You’ve just finished a delicious dinner at a restaurant downtown. You casually pick up the bill your waiter left on the table, and then you gape in disbelief. That can’t be right. There’s no way you spent that much on food!
But then you begin to calculate in your head: appetizer, beverage, entrée, dessert. Sure enough, you really did spend that much!
Then you notice the section on the bottom of the receipt that reads: “Suggested tip.”
“But I’m a poor college student,” you say to yourself. “I can’t afford all this and a tip, too.”
You hurriedly replace the mints in the bill folder with exact change for your meal (you don’t want to spend a penny more than you have to!) and exit the building before he comes back and realizes you didn’t care to tip.
We Christians play out such scenarios more often than we like to admit when we go out to eat, and we fail to realize the poor testimony it leaves behind us.
Many restaurant servers dread the Sunday afternoon shift, not necessarily because of the crowds, but because of the Christians. In fact, an entire website, sundaysaretheworst.com, is devoted to posts written by disgruntled servers who have become fed up with the after-church crowd.
“All of us dreaded Sunday lunches and Wednesday evenings, because they were hands down the worst,” one former waitress wrote. “The church crowd was brutal —very demanding, lousy with tips, condescending and rude.”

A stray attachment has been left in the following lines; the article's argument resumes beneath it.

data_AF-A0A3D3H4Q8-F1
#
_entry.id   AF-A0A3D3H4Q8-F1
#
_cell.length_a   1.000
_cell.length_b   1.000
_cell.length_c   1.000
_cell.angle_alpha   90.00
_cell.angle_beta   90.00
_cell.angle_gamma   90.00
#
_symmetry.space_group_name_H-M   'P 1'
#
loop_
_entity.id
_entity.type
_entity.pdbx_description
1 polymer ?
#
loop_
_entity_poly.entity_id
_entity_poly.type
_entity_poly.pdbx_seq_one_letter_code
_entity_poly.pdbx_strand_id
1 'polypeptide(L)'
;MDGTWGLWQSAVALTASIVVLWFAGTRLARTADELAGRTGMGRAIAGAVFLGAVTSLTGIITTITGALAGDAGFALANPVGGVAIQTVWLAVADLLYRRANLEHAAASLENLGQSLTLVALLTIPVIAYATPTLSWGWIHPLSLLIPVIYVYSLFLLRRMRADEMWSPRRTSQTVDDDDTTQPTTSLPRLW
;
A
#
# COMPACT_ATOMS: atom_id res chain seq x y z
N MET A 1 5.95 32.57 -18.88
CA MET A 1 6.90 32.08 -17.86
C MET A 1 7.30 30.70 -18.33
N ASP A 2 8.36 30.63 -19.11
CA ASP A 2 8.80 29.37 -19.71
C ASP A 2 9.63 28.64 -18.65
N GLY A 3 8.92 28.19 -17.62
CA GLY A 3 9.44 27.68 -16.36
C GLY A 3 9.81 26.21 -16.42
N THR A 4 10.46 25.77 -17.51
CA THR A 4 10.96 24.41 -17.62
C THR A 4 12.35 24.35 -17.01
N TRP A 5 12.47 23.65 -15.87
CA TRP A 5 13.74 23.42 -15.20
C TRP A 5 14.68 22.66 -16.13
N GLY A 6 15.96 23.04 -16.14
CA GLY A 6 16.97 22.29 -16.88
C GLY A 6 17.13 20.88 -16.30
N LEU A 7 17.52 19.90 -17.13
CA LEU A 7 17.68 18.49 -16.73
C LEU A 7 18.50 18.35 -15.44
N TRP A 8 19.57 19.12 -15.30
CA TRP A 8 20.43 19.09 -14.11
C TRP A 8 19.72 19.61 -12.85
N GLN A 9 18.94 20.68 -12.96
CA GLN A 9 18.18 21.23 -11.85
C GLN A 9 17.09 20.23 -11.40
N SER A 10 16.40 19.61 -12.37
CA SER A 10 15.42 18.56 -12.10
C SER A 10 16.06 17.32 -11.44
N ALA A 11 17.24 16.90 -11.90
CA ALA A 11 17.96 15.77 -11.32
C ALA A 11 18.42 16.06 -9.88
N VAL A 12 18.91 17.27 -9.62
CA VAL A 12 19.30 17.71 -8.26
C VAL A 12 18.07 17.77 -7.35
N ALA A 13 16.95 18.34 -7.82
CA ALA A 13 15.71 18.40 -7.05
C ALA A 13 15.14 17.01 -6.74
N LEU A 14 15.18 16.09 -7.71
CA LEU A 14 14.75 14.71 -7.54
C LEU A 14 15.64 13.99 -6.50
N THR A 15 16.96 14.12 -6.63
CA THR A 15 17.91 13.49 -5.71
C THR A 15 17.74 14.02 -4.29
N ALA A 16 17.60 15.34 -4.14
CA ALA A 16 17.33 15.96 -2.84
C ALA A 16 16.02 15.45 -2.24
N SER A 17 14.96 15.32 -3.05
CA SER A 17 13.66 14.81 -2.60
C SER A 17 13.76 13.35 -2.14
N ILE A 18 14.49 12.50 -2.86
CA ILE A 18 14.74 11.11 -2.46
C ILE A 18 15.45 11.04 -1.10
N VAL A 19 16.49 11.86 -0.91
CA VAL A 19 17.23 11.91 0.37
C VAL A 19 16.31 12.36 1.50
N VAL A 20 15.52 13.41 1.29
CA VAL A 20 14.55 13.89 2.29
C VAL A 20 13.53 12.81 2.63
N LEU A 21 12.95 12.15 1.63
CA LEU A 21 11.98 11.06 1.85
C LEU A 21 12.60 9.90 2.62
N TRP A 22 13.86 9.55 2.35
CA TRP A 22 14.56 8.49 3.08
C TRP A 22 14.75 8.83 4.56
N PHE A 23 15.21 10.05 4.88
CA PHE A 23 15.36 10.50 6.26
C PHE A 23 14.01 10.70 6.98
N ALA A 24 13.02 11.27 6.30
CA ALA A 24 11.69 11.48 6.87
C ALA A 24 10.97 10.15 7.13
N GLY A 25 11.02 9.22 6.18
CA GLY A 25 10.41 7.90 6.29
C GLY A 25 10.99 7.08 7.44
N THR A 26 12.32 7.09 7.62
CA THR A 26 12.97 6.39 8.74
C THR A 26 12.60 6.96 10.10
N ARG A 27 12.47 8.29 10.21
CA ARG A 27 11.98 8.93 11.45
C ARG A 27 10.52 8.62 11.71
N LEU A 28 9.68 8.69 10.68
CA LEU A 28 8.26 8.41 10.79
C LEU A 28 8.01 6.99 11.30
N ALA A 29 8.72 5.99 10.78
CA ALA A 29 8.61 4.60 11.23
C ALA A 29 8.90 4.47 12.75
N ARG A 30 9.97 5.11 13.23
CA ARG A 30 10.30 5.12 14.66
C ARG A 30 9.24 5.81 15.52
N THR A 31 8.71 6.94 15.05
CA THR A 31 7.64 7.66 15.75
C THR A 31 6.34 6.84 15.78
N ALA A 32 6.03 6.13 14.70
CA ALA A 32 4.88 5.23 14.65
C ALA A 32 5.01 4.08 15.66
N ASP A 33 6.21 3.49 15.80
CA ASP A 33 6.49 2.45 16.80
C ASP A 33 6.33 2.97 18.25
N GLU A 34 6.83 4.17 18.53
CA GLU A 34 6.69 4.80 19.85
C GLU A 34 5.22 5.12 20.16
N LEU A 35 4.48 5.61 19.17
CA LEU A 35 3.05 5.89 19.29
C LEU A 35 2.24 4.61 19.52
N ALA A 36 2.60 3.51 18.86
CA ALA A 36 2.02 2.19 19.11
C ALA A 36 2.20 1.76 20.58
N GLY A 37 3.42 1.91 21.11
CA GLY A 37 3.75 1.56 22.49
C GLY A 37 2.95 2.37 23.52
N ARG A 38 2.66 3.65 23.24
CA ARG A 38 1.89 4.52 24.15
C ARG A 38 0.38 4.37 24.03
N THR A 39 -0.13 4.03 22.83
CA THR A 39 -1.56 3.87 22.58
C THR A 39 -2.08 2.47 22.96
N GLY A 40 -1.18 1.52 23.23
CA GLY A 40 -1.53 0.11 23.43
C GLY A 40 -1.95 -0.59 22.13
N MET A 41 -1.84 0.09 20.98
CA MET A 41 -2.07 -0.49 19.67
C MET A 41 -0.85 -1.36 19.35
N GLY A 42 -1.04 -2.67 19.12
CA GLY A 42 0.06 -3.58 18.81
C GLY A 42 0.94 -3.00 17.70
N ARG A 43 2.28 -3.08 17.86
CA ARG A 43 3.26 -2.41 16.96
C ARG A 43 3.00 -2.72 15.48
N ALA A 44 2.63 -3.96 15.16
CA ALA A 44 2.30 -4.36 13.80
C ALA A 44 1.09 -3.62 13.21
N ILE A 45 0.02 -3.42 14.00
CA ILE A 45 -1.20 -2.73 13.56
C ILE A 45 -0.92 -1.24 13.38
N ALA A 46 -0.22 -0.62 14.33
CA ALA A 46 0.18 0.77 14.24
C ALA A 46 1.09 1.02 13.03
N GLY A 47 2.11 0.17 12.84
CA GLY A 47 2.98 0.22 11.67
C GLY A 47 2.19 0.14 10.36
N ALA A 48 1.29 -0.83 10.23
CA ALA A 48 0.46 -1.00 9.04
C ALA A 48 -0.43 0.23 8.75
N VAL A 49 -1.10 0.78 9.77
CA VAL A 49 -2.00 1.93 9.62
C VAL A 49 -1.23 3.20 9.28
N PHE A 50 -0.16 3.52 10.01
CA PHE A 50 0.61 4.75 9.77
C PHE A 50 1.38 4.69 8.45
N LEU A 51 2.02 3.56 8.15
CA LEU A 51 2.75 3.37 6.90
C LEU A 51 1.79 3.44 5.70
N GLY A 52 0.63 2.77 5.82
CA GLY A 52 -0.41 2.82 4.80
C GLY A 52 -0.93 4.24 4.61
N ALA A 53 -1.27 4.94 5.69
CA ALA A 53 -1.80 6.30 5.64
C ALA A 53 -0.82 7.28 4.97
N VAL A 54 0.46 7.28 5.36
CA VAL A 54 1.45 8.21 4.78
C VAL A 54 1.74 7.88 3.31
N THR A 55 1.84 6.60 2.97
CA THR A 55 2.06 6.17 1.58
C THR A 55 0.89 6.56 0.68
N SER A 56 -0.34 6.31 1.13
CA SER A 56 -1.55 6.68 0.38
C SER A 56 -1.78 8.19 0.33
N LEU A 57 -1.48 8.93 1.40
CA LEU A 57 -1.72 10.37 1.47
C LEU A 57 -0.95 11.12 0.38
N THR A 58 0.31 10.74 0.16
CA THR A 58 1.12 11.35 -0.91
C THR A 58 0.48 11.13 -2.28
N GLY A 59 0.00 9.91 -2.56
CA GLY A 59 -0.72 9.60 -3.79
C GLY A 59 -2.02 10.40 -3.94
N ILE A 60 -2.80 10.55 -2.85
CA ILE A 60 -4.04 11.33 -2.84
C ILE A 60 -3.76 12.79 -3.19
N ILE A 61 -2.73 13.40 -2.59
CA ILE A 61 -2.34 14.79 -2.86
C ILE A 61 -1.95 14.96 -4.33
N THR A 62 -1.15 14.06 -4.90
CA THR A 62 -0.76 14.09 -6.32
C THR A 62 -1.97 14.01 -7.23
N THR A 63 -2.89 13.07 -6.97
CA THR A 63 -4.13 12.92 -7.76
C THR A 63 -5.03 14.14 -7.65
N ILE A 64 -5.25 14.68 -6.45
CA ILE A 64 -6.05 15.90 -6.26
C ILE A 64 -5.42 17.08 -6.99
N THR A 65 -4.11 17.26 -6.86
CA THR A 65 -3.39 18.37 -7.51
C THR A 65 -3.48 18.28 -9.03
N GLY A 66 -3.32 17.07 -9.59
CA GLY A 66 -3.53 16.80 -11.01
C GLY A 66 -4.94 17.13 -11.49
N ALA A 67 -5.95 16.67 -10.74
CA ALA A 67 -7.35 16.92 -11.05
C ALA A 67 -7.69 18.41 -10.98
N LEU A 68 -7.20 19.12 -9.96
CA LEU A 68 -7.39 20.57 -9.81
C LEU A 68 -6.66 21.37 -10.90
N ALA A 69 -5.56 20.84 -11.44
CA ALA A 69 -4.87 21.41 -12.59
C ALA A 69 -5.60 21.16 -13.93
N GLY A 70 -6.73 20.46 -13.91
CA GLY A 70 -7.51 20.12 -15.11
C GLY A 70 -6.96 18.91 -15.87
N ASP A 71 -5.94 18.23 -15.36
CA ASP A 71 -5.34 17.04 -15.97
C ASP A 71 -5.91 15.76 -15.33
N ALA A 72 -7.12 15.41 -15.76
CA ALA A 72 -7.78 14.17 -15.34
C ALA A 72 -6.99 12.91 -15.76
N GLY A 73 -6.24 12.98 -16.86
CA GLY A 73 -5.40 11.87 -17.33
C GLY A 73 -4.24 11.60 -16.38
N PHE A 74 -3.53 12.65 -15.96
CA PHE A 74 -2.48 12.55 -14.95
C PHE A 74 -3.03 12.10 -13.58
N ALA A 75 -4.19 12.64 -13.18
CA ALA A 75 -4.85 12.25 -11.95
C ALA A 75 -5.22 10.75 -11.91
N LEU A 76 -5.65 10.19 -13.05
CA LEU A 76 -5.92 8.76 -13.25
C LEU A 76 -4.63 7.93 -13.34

Is this the kind of testimony we want to leave for our servers?
The practice of leaving a tract instead of a tip is another thing that mars the Christian’s testimony to restaurant servers. Though leaving a tract is by no means a bad thing, “tracting” without tipping leads servers to view Christians as cheap, stingy and desirous merely of forcing their beliefs onto others.
Tips are important income for restaurant servers, and they should be considered part of the payment for the services you receive every time you go out to eat.
Next time you eat out, keep your server in mind. If funds are tight for you, count the cost before eating out and make sure you have enough money for your meal, plus a 15- to 20-percent tip. If not, don’t go.
Also, take the time to get to know your waiter or waitress. Many restaurant servers are college students, so that fact alone provides plenty of common ground to get a conversation started. Take interest in what your server has to say, and take advantage of any opportunity to humbly share the Gospel.
It has been said that Christians are the only Bible some people will ever read. So when you eat out, take the time (and extra cash) to show your server you care. Then with your tip, you’ll also leave a testimony.